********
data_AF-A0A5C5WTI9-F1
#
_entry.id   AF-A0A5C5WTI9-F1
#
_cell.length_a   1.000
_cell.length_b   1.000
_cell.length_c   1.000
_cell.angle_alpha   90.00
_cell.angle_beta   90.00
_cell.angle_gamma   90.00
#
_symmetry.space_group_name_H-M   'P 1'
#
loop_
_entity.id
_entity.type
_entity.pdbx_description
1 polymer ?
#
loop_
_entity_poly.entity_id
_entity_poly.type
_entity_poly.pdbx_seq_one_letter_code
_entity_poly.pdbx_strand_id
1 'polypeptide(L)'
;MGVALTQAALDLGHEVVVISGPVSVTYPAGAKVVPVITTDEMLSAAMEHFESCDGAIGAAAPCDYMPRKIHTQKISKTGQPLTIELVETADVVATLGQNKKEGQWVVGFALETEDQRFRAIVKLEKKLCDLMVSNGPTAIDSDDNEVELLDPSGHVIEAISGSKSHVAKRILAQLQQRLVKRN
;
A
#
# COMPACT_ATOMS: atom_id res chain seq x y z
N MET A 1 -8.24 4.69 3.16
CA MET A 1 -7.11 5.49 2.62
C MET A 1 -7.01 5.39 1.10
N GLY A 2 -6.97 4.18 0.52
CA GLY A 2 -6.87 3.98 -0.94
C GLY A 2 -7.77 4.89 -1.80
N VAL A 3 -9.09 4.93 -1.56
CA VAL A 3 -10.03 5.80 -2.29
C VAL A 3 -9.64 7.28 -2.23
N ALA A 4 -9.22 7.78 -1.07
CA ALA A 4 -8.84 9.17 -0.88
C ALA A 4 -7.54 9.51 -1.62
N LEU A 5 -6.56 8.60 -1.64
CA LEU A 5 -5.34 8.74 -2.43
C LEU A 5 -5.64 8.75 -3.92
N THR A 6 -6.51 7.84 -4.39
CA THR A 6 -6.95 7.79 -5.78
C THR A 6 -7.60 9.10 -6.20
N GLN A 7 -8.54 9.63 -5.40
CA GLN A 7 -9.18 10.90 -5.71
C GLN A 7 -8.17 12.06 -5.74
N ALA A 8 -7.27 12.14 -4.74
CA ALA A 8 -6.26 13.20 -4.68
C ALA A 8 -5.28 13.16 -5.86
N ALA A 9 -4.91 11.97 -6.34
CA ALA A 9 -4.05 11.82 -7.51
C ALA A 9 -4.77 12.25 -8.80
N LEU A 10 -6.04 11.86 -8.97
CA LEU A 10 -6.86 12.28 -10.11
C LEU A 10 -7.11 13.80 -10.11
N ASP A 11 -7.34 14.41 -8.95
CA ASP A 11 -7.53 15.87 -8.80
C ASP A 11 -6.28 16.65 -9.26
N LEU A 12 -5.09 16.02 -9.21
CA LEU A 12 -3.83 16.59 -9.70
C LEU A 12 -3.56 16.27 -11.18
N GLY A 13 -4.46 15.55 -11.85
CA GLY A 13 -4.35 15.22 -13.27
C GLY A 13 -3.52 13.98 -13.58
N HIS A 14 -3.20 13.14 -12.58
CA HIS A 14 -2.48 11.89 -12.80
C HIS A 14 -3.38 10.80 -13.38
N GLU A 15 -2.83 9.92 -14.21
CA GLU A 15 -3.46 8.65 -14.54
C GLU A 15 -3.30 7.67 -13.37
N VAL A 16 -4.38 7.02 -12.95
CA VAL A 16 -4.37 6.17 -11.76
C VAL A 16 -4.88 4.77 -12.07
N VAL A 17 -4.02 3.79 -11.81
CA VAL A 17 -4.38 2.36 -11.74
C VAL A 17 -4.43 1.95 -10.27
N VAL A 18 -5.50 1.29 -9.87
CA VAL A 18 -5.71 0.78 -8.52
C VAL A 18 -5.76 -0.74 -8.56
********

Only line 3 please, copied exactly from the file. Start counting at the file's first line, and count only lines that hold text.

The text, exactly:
_entry.id   AF-A0A5C5WTI9-F1